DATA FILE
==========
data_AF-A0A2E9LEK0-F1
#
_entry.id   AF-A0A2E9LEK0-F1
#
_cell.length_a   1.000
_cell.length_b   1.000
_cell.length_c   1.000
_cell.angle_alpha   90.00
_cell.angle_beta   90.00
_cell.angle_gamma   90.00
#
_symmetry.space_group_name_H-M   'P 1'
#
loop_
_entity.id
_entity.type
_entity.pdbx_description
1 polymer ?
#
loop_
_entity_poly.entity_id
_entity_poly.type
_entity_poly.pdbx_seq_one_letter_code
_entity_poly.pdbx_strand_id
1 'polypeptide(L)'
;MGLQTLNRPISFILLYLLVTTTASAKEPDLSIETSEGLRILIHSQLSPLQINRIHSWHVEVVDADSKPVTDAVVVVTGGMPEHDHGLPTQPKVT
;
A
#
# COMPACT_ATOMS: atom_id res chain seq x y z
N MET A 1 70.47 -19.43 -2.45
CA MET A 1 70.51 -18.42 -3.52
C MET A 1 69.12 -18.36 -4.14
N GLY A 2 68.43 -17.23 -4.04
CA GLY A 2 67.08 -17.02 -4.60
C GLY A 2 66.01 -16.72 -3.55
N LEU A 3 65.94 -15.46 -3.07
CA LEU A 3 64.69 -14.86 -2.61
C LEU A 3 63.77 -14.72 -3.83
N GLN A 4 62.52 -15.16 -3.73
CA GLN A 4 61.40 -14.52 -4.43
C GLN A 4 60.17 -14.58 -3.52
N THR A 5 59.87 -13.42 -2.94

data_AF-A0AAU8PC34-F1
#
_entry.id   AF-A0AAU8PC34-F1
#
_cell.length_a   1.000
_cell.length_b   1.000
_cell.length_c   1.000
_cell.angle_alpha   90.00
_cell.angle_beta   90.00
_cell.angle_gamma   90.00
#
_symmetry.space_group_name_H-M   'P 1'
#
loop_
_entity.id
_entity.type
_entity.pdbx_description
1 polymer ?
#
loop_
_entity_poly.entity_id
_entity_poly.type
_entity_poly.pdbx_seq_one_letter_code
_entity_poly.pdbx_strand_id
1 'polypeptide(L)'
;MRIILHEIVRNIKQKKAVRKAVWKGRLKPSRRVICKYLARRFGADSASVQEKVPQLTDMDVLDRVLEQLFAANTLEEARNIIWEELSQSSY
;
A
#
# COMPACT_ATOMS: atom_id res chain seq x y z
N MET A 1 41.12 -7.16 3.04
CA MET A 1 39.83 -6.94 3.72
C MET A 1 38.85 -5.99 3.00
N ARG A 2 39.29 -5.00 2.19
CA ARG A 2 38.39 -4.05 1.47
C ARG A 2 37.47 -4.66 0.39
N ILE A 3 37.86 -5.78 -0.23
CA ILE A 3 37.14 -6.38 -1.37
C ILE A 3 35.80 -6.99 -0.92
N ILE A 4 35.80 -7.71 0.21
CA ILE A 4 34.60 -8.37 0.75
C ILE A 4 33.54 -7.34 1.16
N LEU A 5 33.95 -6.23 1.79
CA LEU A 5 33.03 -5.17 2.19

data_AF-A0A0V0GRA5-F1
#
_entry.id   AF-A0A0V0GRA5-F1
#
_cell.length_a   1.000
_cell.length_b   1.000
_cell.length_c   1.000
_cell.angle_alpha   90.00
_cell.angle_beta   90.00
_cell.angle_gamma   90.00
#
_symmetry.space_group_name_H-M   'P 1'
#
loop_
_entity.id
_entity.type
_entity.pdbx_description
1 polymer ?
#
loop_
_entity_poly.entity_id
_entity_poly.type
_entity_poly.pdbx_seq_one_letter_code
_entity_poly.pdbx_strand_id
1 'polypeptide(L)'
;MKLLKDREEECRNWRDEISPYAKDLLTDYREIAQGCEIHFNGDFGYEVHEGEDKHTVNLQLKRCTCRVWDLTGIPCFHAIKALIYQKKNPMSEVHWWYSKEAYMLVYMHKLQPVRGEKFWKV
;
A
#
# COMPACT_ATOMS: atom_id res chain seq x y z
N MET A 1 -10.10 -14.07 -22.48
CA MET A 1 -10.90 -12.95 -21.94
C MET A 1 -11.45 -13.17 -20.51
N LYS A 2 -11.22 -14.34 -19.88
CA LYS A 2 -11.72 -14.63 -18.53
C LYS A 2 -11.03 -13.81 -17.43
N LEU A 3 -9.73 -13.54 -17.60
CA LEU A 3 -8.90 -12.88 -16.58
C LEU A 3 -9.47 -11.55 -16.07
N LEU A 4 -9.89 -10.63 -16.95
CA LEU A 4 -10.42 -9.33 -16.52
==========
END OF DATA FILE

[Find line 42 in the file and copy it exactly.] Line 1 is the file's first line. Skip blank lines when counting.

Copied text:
C GLN A 4 60.17 -14.58 -3.52